“You can’t go wrong if a food has the word ‘berry’ in the name,” says Dr. Nussbaum. “Strawberries, blueberries, cranberries-- they’re all good for your brain.”
4. Spinach (and kale, other leafy greens)
Full of antioxidants and fiber, leafy greens should be a diet staple. In a national study, women in their 60s who ate more leafy vegetables over time did better than their non-greens-eating counterparts on memory, verbal, and other tests. And new studies show that high levels of vitamin C, which is found in spinach, may help with dementia prevention.
Break out the curry! A host of studies have shown that turmeric, the spice used in curries, and its main active component curcumin, can help prevent Alzheimer's. In one such study, researchers from UCLA found that vitamin D3, taken with curcumin, may help the immune system to get rid of the amino acids that form the plaque in the brain that's associated with Alzheimer’s Disease. So the next time you cook, incorporate this healthy spice.
Now you don’t have to feel guilty about pouring yourself another cup. Researchers from the University of South Florida and University of Miami found that people older than 65 who drank three cups of coffee a day (i.e. had higher blood levels of caffeine) developed Alzheimer's disease two to four years later than their counterparts with lower caffeine levels, and that caffeine had a positive impact even in older adults who were already showing early signs of Alzheimer's.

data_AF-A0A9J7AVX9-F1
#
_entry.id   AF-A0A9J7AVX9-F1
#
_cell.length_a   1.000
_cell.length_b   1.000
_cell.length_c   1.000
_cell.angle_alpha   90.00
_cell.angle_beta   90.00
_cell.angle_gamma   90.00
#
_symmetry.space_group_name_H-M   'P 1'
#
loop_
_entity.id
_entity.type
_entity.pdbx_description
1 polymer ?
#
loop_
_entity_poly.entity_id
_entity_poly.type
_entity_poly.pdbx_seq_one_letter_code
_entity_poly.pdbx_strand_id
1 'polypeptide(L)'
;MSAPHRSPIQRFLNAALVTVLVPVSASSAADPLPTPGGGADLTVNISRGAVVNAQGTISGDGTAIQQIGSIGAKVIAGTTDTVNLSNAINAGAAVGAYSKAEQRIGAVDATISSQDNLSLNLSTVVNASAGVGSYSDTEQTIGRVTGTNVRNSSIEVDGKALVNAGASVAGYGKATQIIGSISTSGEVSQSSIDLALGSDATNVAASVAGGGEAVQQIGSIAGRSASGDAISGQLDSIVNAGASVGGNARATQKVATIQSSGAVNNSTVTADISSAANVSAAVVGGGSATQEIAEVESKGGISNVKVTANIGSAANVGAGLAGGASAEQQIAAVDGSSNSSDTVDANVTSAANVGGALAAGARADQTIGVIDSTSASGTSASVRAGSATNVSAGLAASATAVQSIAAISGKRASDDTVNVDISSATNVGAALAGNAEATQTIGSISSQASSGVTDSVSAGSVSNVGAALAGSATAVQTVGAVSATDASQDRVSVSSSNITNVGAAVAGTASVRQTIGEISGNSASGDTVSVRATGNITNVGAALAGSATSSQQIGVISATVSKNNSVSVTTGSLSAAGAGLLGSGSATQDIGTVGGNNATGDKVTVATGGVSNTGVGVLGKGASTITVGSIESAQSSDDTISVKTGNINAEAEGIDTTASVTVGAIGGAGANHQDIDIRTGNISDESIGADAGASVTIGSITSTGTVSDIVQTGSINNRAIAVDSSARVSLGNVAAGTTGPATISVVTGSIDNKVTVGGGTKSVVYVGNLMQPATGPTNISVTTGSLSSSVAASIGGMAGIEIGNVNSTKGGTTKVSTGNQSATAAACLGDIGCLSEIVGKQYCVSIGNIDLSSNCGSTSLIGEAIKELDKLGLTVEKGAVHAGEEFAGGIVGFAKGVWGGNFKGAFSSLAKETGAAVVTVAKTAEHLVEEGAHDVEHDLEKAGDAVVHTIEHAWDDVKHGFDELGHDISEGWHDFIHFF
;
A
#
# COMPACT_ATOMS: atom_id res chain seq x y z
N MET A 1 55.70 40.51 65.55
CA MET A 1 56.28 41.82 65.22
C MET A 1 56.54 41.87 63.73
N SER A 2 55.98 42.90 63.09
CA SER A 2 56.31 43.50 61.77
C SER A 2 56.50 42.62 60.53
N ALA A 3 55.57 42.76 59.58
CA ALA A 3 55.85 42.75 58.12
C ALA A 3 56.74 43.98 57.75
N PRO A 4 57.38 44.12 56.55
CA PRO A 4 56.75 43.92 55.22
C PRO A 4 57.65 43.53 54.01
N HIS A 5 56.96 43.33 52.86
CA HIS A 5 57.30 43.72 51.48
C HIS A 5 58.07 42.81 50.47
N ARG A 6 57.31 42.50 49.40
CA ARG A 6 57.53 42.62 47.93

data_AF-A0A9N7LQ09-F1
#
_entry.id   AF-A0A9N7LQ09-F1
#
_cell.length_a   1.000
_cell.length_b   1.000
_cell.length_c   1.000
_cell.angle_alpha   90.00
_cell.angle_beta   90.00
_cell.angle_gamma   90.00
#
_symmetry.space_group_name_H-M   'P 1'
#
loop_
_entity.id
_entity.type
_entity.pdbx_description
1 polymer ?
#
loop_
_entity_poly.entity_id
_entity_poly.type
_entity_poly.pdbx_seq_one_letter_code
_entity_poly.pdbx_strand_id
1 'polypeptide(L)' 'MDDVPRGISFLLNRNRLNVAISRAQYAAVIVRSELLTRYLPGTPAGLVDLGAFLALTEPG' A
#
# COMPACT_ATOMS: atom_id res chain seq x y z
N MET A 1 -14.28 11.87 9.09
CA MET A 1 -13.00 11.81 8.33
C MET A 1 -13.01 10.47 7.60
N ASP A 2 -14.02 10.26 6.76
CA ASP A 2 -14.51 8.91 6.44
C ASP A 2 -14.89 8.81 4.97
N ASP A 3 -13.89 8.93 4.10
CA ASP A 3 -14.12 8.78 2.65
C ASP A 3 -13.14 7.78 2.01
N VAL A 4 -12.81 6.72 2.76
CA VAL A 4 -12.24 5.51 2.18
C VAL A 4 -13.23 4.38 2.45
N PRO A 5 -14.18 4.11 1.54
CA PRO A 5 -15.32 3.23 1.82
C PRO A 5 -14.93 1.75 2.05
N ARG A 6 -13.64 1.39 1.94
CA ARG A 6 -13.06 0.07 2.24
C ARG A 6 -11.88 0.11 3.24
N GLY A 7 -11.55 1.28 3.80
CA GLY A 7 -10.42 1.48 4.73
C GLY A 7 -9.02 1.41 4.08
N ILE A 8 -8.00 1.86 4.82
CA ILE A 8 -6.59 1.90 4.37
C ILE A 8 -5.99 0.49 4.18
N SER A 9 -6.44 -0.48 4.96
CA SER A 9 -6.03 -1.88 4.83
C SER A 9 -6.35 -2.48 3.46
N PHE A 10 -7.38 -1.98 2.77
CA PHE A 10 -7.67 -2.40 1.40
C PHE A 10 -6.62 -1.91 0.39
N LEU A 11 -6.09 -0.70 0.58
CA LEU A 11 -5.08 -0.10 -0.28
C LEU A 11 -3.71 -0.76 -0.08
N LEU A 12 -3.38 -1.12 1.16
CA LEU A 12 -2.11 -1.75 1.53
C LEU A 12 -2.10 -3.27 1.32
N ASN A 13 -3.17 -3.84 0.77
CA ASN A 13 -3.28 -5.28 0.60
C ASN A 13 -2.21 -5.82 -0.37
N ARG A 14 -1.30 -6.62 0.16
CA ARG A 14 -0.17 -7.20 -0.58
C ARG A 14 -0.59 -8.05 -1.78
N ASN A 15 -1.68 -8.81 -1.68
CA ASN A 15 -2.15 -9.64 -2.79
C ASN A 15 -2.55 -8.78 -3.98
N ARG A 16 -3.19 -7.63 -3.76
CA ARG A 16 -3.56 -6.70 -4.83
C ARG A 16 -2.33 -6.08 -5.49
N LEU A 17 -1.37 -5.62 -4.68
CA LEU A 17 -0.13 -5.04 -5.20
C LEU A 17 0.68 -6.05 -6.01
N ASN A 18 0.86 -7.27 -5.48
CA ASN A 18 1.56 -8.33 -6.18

If you haven’t already switched from milk chocolate to dark, now you have one more reason to. Compelling research already shows that dark chocolate, which contains flavonoids (a plant compound that helps with the body’s circulation), can help combat heart disease, but flavonoids may also help slow down the effects of dementia. In an Italian study, older adults who had mild symptoms of dementia drank cocoa with high, medium and low amounts of flavonoids. Those who consumed high amounts outperformed those who consumed low doses on cognitive tests.
And a study is currently underway by the National Institute on Aging to see whether resveratrol, a compound found in chocolate, red wine, and grapes, can prevent dementia. One tip: A healthy choice is dark chocolate that has a 70% or higher cocoa content.